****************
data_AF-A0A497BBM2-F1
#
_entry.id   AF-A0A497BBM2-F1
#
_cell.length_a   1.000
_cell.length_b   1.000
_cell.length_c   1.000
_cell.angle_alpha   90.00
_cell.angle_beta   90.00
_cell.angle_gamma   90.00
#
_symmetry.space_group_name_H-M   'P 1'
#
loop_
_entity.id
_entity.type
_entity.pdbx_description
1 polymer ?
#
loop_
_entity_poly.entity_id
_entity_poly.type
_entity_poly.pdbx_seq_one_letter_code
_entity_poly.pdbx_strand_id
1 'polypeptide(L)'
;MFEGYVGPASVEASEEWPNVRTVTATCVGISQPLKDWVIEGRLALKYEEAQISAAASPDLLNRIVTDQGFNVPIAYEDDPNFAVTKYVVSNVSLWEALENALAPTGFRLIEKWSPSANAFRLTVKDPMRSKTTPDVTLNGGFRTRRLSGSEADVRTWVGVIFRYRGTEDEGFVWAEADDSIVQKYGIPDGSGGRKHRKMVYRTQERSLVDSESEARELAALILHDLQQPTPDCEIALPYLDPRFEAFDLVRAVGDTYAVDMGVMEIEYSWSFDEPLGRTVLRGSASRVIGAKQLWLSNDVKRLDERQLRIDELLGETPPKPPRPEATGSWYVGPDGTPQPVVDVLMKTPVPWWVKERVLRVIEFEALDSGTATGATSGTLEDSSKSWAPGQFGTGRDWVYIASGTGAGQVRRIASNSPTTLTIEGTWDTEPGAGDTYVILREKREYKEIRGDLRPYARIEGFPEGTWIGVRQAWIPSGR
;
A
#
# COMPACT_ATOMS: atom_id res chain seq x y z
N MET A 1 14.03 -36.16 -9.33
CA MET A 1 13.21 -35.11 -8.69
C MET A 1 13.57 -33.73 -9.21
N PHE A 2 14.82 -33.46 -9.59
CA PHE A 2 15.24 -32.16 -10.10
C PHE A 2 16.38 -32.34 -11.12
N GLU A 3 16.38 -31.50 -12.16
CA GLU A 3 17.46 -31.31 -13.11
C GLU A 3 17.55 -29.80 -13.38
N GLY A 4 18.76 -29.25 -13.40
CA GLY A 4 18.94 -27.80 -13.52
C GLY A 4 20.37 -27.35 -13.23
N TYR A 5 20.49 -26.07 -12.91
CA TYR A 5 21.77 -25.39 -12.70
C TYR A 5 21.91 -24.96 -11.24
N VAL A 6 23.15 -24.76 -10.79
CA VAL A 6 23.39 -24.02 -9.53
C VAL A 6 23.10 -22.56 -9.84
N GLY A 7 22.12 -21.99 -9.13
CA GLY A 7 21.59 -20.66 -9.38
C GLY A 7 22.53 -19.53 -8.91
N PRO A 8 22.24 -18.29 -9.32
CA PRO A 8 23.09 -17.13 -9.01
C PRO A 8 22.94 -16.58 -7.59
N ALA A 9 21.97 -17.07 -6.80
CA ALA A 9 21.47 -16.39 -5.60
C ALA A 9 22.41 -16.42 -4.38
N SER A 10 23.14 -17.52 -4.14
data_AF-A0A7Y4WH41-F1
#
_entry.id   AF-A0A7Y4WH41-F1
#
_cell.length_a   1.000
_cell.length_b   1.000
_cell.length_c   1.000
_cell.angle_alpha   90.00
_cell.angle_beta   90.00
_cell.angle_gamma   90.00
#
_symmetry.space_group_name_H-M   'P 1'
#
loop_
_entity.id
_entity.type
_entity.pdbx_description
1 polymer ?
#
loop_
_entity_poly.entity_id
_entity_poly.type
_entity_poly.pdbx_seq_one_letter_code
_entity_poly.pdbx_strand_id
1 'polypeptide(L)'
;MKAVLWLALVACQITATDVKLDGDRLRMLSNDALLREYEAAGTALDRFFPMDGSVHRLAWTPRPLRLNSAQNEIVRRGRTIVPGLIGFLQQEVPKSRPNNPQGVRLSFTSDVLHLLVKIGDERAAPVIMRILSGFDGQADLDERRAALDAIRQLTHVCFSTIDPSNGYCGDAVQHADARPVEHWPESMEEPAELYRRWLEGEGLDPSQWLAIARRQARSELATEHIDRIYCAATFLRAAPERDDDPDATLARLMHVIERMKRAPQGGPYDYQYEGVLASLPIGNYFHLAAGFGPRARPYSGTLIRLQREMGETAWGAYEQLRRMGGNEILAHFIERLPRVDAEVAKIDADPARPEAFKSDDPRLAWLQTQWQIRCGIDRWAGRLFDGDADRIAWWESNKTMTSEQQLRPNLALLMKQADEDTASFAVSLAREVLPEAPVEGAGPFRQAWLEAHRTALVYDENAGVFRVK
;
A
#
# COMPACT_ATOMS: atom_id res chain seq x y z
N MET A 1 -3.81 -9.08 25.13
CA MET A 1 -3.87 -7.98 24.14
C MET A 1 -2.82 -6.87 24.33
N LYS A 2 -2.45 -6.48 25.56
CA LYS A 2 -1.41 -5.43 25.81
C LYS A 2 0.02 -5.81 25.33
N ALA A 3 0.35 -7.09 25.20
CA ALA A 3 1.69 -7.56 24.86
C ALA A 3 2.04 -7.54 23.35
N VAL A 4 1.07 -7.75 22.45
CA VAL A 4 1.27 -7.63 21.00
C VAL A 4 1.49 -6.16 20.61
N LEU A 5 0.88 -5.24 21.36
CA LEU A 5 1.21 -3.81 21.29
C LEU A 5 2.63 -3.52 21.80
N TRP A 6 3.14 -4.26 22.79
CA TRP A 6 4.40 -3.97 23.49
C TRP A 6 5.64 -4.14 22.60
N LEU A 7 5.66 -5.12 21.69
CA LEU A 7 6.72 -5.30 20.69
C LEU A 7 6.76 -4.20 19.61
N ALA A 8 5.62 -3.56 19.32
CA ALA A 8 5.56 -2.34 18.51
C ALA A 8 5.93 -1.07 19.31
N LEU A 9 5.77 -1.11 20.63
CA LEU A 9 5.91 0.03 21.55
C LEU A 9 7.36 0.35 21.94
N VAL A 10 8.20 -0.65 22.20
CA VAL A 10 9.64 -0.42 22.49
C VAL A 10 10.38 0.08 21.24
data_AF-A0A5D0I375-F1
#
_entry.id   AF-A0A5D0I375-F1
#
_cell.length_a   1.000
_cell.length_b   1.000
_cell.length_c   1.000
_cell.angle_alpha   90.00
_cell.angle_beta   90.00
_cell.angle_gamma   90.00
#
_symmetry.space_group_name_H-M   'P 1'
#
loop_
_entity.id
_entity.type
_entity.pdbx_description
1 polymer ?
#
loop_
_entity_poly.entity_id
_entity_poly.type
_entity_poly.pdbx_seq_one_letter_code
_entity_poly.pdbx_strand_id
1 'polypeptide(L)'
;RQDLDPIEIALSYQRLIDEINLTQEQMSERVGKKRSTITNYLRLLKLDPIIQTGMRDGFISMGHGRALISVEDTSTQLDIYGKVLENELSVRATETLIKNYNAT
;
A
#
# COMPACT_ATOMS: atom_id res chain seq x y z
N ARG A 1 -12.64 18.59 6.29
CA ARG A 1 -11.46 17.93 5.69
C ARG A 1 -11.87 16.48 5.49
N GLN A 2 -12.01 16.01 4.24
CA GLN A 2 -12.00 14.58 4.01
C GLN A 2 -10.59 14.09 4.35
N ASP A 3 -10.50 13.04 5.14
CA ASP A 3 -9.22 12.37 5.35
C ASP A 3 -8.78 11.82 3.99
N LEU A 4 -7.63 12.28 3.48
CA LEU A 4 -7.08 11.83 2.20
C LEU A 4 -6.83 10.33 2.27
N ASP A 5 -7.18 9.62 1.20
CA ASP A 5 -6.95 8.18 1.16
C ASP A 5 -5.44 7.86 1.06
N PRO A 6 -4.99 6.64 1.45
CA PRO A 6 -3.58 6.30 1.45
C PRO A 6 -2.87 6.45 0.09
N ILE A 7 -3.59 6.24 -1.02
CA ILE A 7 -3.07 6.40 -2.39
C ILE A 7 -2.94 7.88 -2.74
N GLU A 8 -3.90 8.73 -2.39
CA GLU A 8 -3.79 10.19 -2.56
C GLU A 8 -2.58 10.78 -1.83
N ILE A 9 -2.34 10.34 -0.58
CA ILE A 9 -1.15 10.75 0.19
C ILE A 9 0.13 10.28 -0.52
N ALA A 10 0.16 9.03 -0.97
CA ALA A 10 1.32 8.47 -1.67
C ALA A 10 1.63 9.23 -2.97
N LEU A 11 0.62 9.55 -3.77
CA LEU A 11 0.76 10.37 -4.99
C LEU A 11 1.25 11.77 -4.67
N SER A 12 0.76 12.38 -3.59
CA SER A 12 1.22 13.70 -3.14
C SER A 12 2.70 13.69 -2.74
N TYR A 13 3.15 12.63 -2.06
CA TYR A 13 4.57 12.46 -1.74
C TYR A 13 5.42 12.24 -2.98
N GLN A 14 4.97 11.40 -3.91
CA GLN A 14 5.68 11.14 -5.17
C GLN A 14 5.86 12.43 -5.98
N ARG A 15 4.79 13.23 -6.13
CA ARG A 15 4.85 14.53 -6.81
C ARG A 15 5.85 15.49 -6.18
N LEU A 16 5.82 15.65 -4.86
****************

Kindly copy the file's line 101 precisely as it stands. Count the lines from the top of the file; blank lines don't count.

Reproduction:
N LEU A 5 0.88 -5.24 21.36